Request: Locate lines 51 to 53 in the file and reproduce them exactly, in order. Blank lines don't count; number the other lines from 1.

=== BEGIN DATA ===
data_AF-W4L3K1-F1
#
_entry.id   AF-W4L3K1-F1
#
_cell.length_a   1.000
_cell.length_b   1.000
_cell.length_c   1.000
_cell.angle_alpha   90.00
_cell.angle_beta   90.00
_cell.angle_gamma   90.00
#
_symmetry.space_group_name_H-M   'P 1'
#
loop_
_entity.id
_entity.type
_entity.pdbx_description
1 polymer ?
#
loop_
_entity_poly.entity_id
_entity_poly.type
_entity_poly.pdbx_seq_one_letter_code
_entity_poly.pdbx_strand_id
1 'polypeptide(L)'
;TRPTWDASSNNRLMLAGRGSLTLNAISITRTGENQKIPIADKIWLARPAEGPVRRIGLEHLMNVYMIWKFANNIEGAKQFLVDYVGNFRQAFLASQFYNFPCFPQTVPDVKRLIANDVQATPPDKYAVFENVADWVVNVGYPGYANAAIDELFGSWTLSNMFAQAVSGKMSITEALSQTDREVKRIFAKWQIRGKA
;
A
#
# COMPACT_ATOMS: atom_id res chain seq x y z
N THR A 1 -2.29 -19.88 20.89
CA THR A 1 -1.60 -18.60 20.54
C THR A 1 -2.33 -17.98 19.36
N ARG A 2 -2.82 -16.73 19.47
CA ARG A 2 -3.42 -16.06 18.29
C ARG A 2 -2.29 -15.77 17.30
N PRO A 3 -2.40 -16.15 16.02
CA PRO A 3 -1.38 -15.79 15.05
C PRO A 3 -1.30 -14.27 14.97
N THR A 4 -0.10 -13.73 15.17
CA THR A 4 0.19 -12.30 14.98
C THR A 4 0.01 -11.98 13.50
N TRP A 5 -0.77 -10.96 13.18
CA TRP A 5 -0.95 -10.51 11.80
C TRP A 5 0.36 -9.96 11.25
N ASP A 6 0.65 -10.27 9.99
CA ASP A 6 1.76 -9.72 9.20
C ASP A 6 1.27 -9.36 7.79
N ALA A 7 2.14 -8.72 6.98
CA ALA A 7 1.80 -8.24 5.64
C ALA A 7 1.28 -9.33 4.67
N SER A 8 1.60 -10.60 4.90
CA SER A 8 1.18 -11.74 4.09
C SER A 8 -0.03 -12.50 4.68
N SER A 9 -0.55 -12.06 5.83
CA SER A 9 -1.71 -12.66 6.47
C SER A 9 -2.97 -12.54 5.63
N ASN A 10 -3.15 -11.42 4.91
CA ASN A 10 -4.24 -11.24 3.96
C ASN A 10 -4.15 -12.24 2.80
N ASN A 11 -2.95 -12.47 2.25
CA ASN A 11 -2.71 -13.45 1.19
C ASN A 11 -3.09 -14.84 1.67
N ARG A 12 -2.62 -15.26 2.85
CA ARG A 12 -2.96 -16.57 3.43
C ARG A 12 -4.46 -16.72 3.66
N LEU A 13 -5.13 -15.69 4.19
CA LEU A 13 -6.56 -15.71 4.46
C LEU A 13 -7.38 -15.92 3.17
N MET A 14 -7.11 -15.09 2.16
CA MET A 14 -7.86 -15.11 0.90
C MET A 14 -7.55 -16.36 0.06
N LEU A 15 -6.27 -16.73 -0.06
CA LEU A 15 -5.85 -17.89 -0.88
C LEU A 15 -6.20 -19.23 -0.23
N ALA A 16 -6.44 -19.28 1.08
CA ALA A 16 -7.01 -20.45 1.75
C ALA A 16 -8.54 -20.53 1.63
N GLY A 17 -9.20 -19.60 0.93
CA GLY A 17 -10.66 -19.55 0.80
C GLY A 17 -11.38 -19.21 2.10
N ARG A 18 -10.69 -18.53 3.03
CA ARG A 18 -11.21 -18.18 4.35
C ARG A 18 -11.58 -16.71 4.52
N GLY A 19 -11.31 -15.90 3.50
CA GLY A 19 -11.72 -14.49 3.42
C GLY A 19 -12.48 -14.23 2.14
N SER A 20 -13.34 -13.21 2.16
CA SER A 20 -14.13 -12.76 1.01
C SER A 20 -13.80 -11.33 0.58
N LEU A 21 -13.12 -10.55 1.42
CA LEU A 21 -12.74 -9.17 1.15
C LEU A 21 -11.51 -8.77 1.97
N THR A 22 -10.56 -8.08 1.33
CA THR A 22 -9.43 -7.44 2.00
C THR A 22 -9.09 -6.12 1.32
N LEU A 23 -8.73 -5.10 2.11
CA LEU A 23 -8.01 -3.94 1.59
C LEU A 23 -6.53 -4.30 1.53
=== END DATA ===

C ALA A 7 1.28 -9.33 4.67
N SER A 8 1.60 -10.60 4.90
CA SER A 8 1.18 -11.74 4.09